Cost: $29 for a three-course lunch, Monday-Friday; $42 for a three-course dinner, Monday-Friday and Sunday

Mission Chinese Food

Chinatown

Danny Bowien may have been raised in Oklahoma, but his renowned Chinese menu will no doubt convince you otherwise. The food is unlike any of the takeout spots you typically frequent. During Restaurant Week, sample peculiar signatures dishes like beef brisket with broccoli and smoked oyster sauce, and thrice-cooked bacon with bitter melon and rice cakes, or stick to updated classics like hoisin-drenched green tea noodles topped with matcha powder.
Cost: $42 for a three-course dinner, Monday-Friday

MP Taverna

Astoria

Astoria is home to the best traditional Greek food in New York City, and at MP Taverna, chef Michael Psilakis brings a contemporary twist to the area’s stalwarts. The prix fixe menu stays the same for both lunch and dinner, with favorites like trofie pasta peppered with duck confit, Brussels sprouts, caramelized onions, and pecorino Romano. Whatever you do, don’t leave without sampling the dense, buttery cow milk ricotta gnocchi with roasted mushrooms, porcini fonduta, and fresh sage.
Cost: $29 for a three-course lunch, Monday-Friday, $42 for a three-course dinner, Monday-Friday

Henry Hargreaves

Nobu Downtown

Tribeca

Chef Nobu Matsuhisa’s flagship restaurant, beloved by celebrities and rich people alike, will naturally offer a special, seafood-forward Restaurant Week menu. Try the seafood ceviche paired with butter lettuce, a chef selection of sushi, rock shrimp tempura drizzled with a creamy, spicy sauce, and of course Nobu’s famous black cod and eggplant miso.
Cost: $29 for a three-course lunch, Monday-Friday

Red Rooster Harlem

Harlem

Marcus Samuelsson’s Harlem comfort food spot is worth a trip uptown on a weekend afternoon for the live gospel choir alone. Fortunately, the food is as good as the entertainment. The enormous, 3,400-square-foot space serves as a restaurant, a food market, and a test kitchen for cooking classes -- as much a community space as it is a food purveyor. Make a reservation and fill up on three courses worth of hearty dishes like gumbo and grits or roasted vegetables in a hot pepper tomato sauce -- and take serious note of the famed cornbread, drizzled in honey butter.  
Cost: $29 for a three-course lunch, Monday-Friday

Courtesy of Rice & Gold

Rice & Gold

Chinatown

Dim sum rules Chinatown. But chef Dale Talde (of Top Chef fame) brings something new to the city’s food scene with the recent opening of his eighth restaurant, Rice & Gold -- a Chinatown spot serving diverse, creative updates on classic Chinese dishes. Try the candied pork buns, roasted duck pho, or whole smoked branzino; we assure you it’ll be a far cry from your standard flavor palette.
Cost: $29 for a three-course lunch, Monday-Friday; $42 for a three-course dinner, Monday-Friday

Strip House

The Strip House

Greenwich Village

The steakhouse speakeasy -- famous for its red velour booths and unmistakable Downtown vibe - is showcasing its winter dinner menu exclusively during Restaurant Week. Choose from cold-weather warmer-uppers like a three-onion soup accompanied by a Gruyere grilled cheese, or a braised short rib tagliatelle neatly folded with wild mushrooms and ribbons of asparagus. For a $10 supplement, feast upon a dry-aged demi strip steak, fit with all the steakhouse essentials: smoked pommes purĂ©es and Brussels sprouts.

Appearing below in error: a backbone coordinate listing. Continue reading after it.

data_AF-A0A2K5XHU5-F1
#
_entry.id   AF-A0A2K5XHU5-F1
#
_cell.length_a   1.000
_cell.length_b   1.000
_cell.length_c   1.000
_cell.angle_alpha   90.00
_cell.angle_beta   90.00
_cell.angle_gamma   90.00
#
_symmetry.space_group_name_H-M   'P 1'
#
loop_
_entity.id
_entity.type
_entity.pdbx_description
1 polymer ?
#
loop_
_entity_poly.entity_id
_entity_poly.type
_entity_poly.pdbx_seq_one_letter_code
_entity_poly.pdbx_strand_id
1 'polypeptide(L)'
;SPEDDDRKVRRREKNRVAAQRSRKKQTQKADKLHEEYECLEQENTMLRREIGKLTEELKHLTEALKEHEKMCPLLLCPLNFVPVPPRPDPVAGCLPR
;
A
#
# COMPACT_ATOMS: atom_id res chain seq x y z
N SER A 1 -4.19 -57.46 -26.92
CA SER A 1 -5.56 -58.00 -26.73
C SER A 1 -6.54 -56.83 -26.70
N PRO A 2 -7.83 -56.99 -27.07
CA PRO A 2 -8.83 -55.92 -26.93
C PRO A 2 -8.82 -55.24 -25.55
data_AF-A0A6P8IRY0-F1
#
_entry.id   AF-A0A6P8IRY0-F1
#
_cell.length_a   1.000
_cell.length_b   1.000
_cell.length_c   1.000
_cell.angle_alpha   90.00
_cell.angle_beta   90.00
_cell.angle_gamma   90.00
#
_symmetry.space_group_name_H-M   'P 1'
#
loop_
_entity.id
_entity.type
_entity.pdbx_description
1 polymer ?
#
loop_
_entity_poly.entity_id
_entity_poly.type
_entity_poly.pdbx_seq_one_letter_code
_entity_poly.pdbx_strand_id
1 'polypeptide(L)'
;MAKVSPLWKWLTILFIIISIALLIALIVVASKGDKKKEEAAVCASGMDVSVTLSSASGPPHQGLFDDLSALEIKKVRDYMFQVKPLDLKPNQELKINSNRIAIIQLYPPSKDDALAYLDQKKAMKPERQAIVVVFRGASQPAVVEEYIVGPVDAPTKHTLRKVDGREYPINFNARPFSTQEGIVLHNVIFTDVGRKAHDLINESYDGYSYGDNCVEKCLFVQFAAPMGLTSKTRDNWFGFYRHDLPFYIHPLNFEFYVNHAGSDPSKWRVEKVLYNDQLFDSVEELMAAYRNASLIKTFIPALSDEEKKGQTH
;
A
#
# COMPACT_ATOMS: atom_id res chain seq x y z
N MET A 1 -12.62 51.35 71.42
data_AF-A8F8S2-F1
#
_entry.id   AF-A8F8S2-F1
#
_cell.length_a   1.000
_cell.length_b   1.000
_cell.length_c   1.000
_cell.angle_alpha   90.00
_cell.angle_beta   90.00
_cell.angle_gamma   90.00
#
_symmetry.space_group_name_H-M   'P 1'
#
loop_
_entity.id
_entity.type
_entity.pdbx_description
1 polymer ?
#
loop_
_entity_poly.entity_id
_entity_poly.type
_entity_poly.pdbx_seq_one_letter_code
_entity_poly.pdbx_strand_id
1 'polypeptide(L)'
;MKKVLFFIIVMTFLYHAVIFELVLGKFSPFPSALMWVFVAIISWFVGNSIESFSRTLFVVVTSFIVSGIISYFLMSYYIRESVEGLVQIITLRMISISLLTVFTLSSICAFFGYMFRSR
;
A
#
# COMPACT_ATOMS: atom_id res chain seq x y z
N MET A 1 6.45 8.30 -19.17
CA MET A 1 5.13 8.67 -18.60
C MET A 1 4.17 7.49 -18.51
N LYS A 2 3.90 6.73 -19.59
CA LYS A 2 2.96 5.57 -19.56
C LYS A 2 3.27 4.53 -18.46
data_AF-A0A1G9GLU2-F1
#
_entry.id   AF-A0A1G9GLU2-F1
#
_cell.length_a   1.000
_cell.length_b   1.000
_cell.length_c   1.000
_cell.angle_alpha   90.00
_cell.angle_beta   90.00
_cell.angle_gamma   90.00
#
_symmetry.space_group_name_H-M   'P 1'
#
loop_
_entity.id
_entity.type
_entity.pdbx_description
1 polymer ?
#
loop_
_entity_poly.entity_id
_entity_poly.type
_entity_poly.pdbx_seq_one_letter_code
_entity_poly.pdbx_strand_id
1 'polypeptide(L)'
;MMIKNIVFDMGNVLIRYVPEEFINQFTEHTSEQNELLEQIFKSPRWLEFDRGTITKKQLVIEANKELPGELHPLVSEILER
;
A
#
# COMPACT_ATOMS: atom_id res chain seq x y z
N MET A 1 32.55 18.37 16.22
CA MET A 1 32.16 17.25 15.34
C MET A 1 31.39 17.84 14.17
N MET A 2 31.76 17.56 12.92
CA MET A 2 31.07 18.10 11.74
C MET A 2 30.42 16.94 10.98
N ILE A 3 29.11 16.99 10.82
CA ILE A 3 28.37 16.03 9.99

Cost: $42 for a three-course dinner, Monday-Friday

Paul Wagtouicz

Tiny's and the Bar Upstairs

Tribeca

Amid Tribeca’s looming landscape of skyscrapers, Tiny’s looks wonderfully out of place. It’s a squat, three-story townhouse betwixt towering buildings. Dating back to the 1800s, the space has since been converted to a restaurant/bar. Come Restaurant Week, expect starters like meatballs and garlic toast with famed Di Palo’s mozzarella and a kale salad dotted with apples, carrots, and shredded Gouda. For mains, there’s a pepper crusted hanger steak, as well as wild salmon loaded with truffled cauliflower puree and black lentils.
Cost: $29 for lunch, Monday-Friday with Sunday brunch; $42 for dinner, Monday-Friday

Courtesy of Tuome

Tuome

East Village

This notable East Fifth Street sliver mixes ingredient-focused, American fare with Asian influences, where things like fried chicken on brioche -- slick with general Tuome’s honey and daikon relish -- reign supreme. The fan favorite Pig Out (for two), normally $54, will be available at Restaurant Week prices: hunks of crisp Berkshire pork, plus an arugula salad with seasonal fruit and candied walnuts, peanut noodles, and dipping sauces like ginger scallion and sambal.
Cost: $42 for a three-course dinner, Monday-Friday

Untitled

Meatpacking District

Danny Meyer’s seasonally inspired American restaurant, located on the ground floor of the Whitney Museum, presents a poignant collision of art and food. The beautifully arranged dishes, like celery root and apple soup dotted with ham, butterball potatoes, and watermelon radish, and an heirloom bean cassoulet swimming with roasted carrots, broccoli rabe, and salsa verde, will make you forget about the frigid temperatures. Dessert is baked apples and chocolate pudding.
Cost: $29 for a three-course lunch, Monday through Friday and brunch/lunch on Sunday; $42 for a three-course dinner Monday-Friday and Sunday